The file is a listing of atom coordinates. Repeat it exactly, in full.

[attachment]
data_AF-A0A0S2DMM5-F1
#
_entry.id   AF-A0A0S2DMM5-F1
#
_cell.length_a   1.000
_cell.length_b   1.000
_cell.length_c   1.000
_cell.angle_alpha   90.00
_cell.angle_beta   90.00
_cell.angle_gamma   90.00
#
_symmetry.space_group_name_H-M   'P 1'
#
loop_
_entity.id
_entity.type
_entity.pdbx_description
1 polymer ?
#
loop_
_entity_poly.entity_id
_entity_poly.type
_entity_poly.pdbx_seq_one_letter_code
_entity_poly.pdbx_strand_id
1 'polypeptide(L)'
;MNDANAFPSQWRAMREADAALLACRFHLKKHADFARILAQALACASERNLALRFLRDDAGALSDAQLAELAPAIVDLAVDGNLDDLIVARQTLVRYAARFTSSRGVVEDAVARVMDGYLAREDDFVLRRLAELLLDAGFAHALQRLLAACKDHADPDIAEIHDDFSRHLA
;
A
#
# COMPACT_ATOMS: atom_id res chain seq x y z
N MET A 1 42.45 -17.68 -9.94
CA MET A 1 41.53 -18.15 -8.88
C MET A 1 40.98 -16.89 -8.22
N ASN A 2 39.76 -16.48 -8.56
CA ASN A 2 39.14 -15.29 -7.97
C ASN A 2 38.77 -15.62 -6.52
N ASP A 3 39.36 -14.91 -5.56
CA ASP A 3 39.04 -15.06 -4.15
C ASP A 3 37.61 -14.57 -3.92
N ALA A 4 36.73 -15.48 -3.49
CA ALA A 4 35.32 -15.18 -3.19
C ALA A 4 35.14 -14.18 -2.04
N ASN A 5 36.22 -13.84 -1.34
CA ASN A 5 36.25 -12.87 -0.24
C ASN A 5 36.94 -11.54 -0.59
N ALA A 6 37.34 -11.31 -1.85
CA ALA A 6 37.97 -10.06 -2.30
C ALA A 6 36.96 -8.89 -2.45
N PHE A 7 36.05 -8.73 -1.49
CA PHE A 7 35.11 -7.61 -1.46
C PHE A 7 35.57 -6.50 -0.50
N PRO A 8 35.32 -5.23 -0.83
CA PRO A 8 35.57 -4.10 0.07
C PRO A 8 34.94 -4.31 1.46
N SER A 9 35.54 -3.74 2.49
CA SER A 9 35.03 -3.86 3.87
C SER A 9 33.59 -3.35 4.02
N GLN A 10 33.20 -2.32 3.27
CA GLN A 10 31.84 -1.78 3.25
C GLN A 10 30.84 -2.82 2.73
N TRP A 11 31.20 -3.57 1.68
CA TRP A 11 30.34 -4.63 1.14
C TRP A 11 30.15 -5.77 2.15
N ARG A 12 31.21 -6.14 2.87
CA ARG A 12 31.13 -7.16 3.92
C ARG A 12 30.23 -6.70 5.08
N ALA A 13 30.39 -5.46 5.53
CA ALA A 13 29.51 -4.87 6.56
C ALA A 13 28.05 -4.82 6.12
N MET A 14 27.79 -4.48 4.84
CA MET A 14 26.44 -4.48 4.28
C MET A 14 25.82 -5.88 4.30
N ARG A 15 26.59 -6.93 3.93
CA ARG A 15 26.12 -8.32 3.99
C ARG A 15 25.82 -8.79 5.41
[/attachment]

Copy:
data_AF-A0A0S2DMM5-F1
#
_entry.id   AF-A0A0S2DMM5-F1
#
_cell.length_a   1.000
_cell.length_b   1.000
_cell.length_c   1.000
_cell.angle_alpha   90.00
_cell.angle_beta   90.00
_cell.angle_gamma   90.00
#
_symmetry.space_group_name_H-M   'P 1'
#
loop_
_entity.id
_entity.type
_entity.pdbx_description
1 polymer ?
#
loop_
_entity_poly.entity_id
_entity_poly.type
_entity_poly.pdbx_seq_one_letter_code
_entity_poly.pdbx_strand_id
1 'polypeptide(L)'
;MNDANAFPSQWRAMREADAALLACRFHLKKHADFARILAQALACASERNLALRFLRDDAGALSDAQLAELAPAIVDLAVDGNLDDLIVARQTLVRYAARFTSSRGVVEDAVARVMDGYLAREDDFVLRRLAELLLDAGFAHALQRLLAACKDHADPDIAEIHDDFSRHLA
;
A
#
# COMPACT_ATOMS: atom_id res chain seq x y z
N MET A 1 42.45 -17.68 -9.94
CA MET A 1 41.53 -18.15 -8.88
C MET A 1 40.98 -16.89 -8.22
N ASN A 2 39.76 -16.48 -8.56
CA ASN A 2 39.14 -15.29 -7.97
C ASN A 2 38.77 -15.62 -6.52
N ASP A 3 39.36 -14.91 -5.56
CA ASP A 3 39.04 -15.06 -4.15
C ASP A 3 37.61 -14.57 -3.92
N ALA A 4 36.73 -15.48 -3.49
CA ALA A 4 35.32 -15.18 -3.19
C ALA A 4 35.14 -14.18 -2.04
N ASN A 5 36.22 -13.84 -1.34
CA ASN A 5 36.25 -12.87 -0.24
C ASN A 5 36.94 -11.54 -0.59
N ALA A 6 37.34 -11.31 -1.85
CA ALA A 6 37.97 -10.06 -2.30
C ALA A 6 36.96 -8.89 -2.45
N PHE A 7 36.05 -8.73 -1.49
CA PHE A 7 35.11 -7.61 -1.46
C PHE A 7 35.57 -6.50 -0.50
N PRO A 8 35.32 -5.23 -0.83
CA PRO A 8 35.57 -4.10 0.07
C PRO A 8 34.94 -4.31 1.46
N SER A 9 35.54 -3.74 2.49
CA SER A 9 35.03 -3.86 3.87
C SER A 9 33.59 -3.35 4.02
N GLN A 10 33.20 -2.32 3.27
CA GLN A 10 31.84 -1.78 3.25
C GLN A 10 30.84 -2.82 2.73
N TRP A 11 31.20 -3.57 1.68
CA TRP A 11 30.34 -4.63 1.14
C TRP A 11 30.15 -5.77 2.15
N ARG A 12 31.21 -6.14 2.87
CA ARG A 12 31.13 -7.16 3.92
C ARG A 12 30.23 -6.70 5.08
N ALA A 13 30.39 -5.46 5.53
CA ALA A 13 29.51 -4.87 6.56
C ALA A 13 28.05 -4.82 6.12
N MET A 14 27.79 -4.48 4.84
CA MET A 14 26.44 -4.48 4.28
C MET A 14 25.82 -5.88 4.30
N ARG A 15 26.59 -6.93 3.93
CA ARG A 15 26.12 -8.32 3.99
C ARG A 15 25.82 -8.79 5.41